2 May 2014
AT-TUWANI: Still in need of water
by Miriam Clark
[Note: The following blog posting by a Palestine CPTer has been edited for length. The original is available on the CPT Palestine Blog. According to
the Fourth Geneva Convention, the Hague Regulations, the International Court of
Justice, and several United Nations resolutions, all Israeli settlements and
outposts in the Occupied Palestinian Territories are illegal. Most
settlement outposts, including Havat Ma’on (Hill 833), are considered illegal
also under Israeli law.]
four and a half years since I last worked in the South Hebron Hills village of
at-Tuwani, so I was glad to go for an overnight stay. There have been many changes since my
last stint there with Christian Peacemaker Teams. Of course, babies have been born, children have grown up,
young people have married, and adults have aged.
|At-Tuwani’s school now has an
There have been some positive changes for the village. It received a master plan some years ago
from the Israeli authorities and so villagers are able to build and extend
homes within the boundaries it specifies.
The school now has an additional floor and is safe from demolition (with
which the Israeli authorities threatened it as soon as it was first built), so
now the village school is able to take pupils from the beginning of primary
school right through to the end of secondary school. The village’s clinic is also safe from demolition. There is mains electricity [an
electrical grid] that the villagers attribute partly to Tony Blair’s visit to
Tuwani in 2009, during which he described electricity as a human right, and the
villagers have received permission to connect to the water main as well.
As one young man said to me, ‘Tuwani is a city now, Miriam: electricity, water
. . .’
But Tuwani is not the only place that is growing. So is Ma’on, the Israeli settlement up the hill, established
in 1981 on the Palestinian villagers’ land. Early in 2004, the settlers took more village land to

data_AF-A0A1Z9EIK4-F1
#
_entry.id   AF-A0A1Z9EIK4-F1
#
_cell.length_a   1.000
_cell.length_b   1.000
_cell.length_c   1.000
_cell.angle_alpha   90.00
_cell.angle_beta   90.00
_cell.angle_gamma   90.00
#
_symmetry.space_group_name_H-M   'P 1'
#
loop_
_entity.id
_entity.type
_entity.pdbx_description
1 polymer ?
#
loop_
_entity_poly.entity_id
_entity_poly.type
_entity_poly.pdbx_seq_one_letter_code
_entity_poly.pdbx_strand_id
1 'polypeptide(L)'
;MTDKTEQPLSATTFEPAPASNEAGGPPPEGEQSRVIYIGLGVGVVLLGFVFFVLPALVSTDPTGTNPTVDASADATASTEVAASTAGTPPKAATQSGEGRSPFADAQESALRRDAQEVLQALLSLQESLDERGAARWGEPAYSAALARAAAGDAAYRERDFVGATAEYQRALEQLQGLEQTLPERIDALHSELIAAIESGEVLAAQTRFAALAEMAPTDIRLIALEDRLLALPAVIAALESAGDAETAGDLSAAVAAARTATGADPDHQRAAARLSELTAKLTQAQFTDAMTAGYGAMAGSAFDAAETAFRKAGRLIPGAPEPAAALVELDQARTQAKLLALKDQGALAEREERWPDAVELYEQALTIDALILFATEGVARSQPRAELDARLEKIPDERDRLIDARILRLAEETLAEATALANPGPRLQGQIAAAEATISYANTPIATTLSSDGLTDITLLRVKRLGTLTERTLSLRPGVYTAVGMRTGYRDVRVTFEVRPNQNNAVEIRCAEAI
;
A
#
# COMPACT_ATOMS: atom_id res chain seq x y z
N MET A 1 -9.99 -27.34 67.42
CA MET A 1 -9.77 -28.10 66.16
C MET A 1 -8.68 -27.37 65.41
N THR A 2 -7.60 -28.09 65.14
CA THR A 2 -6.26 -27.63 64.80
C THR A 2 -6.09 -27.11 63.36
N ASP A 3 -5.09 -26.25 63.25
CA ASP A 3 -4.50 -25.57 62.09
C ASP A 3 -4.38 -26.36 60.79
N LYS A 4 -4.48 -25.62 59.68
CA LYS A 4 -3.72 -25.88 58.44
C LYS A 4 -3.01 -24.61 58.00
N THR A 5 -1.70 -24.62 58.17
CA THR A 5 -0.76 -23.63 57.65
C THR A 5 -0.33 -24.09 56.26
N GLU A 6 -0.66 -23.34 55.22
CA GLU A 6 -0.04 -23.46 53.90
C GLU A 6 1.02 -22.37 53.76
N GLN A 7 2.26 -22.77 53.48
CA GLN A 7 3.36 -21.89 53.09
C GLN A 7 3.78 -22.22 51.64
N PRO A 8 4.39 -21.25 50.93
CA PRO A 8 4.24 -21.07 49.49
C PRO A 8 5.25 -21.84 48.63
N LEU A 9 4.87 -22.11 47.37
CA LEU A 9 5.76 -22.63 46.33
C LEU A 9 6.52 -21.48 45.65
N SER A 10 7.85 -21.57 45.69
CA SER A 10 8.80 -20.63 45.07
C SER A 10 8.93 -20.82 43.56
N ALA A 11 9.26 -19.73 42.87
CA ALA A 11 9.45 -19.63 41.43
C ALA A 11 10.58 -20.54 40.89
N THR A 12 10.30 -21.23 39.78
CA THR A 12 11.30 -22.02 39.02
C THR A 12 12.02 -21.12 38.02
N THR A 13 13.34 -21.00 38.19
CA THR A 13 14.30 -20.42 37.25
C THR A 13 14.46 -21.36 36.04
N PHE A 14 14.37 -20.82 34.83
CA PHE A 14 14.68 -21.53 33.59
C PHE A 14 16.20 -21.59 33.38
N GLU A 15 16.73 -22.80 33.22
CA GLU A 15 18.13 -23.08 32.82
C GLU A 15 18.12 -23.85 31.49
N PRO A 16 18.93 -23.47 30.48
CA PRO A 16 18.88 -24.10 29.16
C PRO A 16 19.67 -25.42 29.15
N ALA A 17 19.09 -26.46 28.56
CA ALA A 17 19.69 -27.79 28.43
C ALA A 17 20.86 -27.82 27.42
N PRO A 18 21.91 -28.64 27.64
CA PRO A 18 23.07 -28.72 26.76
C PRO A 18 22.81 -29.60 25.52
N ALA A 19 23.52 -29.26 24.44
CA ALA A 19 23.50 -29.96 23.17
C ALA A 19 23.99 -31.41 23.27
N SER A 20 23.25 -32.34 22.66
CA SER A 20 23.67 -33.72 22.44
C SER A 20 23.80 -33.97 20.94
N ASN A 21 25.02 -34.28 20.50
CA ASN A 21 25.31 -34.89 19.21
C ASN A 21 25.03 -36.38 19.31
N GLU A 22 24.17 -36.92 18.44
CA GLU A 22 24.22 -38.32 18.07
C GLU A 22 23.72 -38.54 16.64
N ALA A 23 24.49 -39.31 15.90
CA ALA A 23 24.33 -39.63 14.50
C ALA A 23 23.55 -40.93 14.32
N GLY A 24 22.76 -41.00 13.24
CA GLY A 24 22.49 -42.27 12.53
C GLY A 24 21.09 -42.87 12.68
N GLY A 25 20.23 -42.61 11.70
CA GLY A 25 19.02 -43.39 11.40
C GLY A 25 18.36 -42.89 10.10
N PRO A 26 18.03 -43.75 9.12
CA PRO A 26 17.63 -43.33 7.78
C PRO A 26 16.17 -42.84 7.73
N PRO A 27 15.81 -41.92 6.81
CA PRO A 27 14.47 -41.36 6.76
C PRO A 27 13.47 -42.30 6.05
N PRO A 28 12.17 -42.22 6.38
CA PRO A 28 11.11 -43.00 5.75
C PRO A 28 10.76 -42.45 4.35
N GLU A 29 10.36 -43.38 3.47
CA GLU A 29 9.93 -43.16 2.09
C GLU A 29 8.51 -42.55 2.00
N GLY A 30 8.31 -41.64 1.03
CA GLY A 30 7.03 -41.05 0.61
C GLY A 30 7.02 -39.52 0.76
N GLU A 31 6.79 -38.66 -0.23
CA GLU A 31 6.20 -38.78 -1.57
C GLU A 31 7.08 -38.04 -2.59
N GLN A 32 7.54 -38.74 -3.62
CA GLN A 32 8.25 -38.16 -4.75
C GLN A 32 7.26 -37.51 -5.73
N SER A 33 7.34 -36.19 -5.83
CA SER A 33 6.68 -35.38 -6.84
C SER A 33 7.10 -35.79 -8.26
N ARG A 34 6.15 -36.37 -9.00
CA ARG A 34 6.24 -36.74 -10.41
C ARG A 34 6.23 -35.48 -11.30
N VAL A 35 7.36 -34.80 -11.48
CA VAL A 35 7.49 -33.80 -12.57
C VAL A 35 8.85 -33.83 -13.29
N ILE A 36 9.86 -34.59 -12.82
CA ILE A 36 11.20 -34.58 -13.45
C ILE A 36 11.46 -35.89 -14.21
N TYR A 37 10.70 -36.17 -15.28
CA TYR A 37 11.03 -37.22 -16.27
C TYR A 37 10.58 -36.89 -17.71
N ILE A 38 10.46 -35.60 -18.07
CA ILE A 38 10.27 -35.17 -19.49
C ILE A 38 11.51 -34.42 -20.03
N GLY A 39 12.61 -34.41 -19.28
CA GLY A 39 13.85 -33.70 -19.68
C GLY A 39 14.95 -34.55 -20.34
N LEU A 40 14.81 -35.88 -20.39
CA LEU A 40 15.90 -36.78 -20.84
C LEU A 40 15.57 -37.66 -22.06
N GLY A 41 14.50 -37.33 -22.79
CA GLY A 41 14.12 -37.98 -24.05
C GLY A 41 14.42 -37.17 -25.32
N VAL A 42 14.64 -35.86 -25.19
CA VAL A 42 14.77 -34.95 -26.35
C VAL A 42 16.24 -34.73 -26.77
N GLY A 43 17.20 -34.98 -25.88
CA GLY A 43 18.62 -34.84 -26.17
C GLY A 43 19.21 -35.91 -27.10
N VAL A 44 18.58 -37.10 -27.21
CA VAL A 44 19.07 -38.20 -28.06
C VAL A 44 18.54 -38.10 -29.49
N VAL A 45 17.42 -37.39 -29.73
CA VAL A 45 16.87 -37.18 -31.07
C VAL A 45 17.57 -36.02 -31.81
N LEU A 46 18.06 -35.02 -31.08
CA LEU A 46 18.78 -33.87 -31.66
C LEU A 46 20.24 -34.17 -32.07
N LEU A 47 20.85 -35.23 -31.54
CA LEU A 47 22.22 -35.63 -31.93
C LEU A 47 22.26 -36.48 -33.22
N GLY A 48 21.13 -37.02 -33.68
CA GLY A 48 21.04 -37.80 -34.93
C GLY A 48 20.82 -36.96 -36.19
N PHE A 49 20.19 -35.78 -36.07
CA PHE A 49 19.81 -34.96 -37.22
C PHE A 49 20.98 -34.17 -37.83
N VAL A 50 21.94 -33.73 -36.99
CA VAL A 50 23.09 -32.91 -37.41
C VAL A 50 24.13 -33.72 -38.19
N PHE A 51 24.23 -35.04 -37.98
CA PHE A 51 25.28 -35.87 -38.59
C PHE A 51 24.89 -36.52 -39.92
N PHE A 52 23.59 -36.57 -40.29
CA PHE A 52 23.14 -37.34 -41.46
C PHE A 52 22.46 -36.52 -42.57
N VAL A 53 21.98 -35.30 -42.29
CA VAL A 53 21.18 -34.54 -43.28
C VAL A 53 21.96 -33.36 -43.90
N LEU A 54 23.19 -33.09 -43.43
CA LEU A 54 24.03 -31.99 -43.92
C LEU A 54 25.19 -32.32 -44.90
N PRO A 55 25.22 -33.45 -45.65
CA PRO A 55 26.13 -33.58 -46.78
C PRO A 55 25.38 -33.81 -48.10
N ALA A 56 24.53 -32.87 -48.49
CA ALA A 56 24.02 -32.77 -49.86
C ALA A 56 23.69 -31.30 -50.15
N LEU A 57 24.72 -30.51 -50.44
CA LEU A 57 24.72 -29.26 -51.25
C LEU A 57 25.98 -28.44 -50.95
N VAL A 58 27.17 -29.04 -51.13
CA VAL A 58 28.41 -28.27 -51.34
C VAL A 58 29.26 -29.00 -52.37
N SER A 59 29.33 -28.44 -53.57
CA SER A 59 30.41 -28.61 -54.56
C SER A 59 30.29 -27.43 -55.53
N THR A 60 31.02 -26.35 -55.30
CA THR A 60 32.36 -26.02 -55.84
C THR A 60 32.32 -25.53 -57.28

establish an orchard in the wadi between the settlement and Tuwani. Some years ago they installed
polytunnels on more village land below the outpost of Havat Ma’on and houses, and caravans
gradually crept down the hillside, taking more and more land.
the polytunnels, they have planted another large orchard, which extends up the
hill beside the polytunnels towards Havat Ma’on. Nine years ago I accompanied a Palestinian shepherd grazing
her sheep on her land on that very spot; that land is now lost to that family.
Sometimes we see media reports of settlement expansion describing x number of
new units planned or built. But we
don’t hear about the kind of thing that is happening by Tuwani: the building of
a new road, the installation of a new fence, the installation of polytunnels,
the planting of trees. And yet, in
Tuwani, these changes are gradually leading to the loss of the village’s land,
resources, employment opportunities, and income. It is because of the villagers’ sumud (steadfastness) that
they are not leading to the departure of the villagers and the loss of the
The people of Tuwani are committed
to nonviolent resistance to the Israeli occupation. This commitment has been maintained in the face of tremendous
provocation and has subjected them to arrests and assaults. The leader of popular resistance in the
village told me once, ‘Non-violence is like a tree. It needs to be watered.’ The people of Tuwani need that kind of water even more than
the water that now flows from their taps.
|Children walking to school in Tuwani from Tuba and Mighayer Al Abeed.
Ma’on is on the hill on the right. Note the
extensive polytunnels and
the new orchard behind the children. There is an extensive area of fruit
trees out of view
to the right.